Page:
What do you think of when you hear the word “sky"? Fluffy clouds floating on a light breeze? Maybe you think of popular phrases, such as “lighter than air" or “disappear into thin air"? Whatever your particular thoughts might be, most of us think of the sky as ethereal, unsubstantial and almost not there, as is if it's essentially nothing.

But is that an accurate view of the sky? Is there really nothing up there? Is it weightless? Not quite! In fact, it's actually much heavier than you could probably imagine.

Air is all around you. It starts at the ground and goes up, up, up all the way to the top of the sky. All that air is not empty. It's made up of all sorts of gas molecules. And guess what? Those molecules all have weight.

What does all that air add up to? Would you believe the entire atmosphere weighs around 5 million billion tons? Yikes! How heavy is that? Some scientists estimate it's about the same weight as 570,000,000,000,000 adult Indian elephants! You're probably WONDERing how we keep from being crushed under all that weight.

Luckily for us, all that weight is distributed evenly over Earth's surface, which you know is really big. Still, the average weight of air pressing on you — called air pressure — is almost 15 pounds on each square inch of your body (14.7 pounds per square inch to be exact!).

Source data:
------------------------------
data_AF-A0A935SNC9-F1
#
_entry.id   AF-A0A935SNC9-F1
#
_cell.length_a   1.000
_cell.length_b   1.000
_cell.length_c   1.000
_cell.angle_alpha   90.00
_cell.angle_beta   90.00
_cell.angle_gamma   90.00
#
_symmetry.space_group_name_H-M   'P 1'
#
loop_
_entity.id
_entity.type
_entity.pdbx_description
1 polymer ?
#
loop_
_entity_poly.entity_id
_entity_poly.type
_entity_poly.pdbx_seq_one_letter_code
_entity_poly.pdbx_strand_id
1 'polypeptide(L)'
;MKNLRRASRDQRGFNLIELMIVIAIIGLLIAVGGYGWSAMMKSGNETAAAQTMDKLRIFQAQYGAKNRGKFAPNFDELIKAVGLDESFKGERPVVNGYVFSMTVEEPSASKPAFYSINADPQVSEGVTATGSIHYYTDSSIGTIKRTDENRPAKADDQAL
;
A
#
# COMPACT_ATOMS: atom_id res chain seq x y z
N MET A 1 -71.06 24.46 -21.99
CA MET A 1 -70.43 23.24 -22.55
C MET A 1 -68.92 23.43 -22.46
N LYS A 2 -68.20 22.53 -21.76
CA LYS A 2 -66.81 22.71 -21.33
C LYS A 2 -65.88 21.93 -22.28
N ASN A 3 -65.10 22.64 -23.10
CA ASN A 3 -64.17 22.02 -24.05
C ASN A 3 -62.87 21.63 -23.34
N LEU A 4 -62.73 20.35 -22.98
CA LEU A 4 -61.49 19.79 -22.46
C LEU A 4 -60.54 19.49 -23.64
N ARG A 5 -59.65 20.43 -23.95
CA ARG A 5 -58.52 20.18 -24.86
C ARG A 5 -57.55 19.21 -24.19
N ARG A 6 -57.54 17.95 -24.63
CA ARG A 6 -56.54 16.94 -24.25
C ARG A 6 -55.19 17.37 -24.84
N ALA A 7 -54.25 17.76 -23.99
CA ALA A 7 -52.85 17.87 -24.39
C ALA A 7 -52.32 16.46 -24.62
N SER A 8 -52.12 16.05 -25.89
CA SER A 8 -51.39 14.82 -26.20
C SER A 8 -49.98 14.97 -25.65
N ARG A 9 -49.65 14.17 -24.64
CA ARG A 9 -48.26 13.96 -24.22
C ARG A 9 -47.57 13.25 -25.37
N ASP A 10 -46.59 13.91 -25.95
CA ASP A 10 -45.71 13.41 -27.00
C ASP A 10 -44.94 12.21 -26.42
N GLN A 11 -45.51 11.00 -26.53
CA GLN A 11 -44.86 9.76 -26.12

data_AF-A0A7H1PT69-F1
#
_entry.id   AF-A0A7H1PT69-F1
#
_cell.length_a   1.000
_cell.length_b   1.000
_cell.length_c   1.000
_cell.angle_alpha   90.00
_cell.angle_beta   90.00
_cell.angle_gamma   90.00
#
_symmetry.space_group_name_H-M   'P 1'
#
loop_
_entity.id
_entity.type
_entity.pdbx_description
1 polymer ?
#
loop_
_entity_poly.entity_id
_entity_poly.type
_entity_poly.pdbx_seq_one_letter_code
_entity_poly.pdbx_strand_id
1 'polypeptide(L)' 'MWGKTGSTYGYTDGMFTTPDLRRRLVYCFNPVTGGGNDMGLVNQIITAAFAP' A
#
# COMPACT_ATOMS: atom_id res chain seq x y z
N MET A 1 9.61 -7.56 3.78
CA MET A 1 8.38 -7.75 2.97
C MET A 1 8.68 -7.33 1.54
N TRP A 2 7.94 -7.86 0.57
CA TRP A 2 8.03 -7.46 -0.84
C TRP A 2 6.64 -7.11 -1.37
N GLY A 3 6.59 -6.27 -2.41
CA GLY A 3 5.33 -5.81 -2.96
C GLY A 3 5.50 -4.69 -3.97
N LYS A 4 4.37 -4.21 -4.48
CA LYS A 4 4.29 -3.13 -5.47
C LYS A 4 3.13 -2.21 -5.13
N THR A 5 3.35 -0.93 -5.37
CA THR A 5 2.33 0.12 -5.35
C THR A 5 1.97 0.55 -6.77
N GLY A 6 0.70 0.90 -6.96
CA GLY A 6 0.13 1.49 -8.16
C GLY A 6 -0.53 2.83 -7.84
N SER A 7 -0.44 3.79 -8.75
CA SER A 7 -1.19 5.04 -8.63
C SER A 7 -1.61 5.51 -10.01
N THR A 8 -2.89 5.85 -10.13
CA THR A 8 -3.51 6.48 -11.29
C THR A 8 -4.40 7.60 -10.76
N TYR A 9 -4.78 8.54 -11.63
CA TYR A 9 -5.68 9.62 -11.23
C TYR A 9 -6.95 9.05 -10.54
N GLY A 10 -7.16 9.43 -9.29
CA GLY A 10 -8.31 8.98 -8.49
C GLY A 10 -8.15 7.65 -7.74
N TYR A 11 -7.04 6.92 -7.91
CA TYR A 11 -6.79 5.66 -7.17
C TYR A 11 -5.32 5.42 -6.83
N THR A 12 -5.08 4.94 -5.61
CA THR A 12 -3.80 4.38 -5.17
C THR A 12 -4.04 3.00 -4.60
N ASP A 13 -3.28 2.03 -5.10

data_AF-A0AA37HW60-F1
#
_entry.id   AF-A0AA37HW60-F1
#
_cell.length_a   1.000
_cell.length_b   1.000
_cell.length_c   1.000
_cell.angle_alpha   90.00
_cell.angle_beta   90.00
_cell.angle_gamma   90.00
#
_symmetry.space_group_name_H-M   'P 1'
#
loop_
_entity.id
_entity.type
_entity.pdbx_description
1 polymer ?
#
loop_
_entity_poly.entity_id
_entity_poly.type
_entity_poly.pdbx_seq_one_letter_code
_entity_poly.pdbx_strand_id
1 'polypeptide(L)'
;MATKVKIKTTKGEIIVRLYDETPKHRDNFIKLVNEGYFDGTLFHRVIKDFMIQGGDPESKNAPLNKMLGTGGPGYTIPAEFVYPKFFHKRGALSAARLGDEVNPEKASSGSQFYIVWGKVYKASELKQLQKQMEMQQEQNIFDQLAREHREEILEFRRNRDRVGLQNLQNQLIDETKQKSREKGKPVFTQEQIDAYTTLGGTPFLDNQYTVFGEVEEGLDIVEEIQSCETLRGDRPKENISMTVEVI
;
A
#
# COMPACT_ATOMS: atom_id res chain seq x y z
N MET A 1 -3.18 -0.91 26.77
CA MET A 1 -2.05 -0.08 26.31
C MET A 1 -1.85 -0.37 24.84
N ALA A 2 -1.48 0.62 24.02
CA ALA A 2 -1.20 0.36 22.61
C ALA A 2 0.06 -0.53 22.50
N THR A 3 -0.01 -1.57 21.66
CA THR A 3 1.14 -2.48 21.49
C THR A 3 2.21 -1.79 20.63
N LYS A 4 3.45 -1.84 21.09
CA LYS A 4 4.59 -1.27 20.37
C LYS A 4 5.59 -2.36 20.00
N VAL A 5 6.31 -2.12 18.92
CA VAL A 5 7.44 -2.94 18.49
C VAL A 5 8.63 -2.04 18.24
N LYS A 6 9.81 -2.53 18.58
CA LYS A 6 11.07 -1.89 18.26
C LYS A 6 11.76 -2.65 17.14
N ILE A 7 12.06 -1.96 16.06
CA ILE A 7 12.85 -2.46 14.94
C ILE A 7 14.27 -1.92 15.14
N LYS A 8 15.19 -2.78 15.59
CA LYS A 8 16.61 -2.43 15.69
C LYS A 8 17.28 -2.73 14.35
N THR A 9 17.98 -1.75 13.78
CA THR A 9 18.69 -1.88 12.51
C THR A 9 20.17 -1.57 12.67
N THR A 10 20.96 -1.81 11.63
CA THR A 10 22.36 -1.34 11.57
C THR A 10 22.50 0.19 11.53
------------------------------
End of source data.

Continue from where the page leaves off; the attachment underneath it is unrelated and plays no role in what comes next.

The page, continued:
Since air moves about easily, it presses on all sides of you. If all that weight was just on top of your head, it might knock you to the ground. Instead, it presses evenly all around you…even from the inside. That's right! You breathe air into your lungs and it presses outward from your insides. The even distribution of all that air pressure keeps us from collapsing under the pressure.

Air pressure can be measured with a tool called a barometer. The air pressure reading on a barometer is called the barometric pressure. Meteorologists use barometers to detect changes in air pressure, which often signal changes in the weather.

A drop in barometric pressure means a storm is probably on the way. On the other hand, a rise in barometric pressure usually foretells sunny skies.

If you live in a mountainous area, you can test the weight of the atmosphere for yourself. Just grab a barometer and take a measurement at the bottom of a mountain. Then travel to the top of the mountain and measure it again. The pressure at the top of the mountain will be less, because you're higher in the atmosphere and that means there's less air above you, so it weighs less!

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Tomorrow’s Wonder of the Day features lions and tigers…oh my!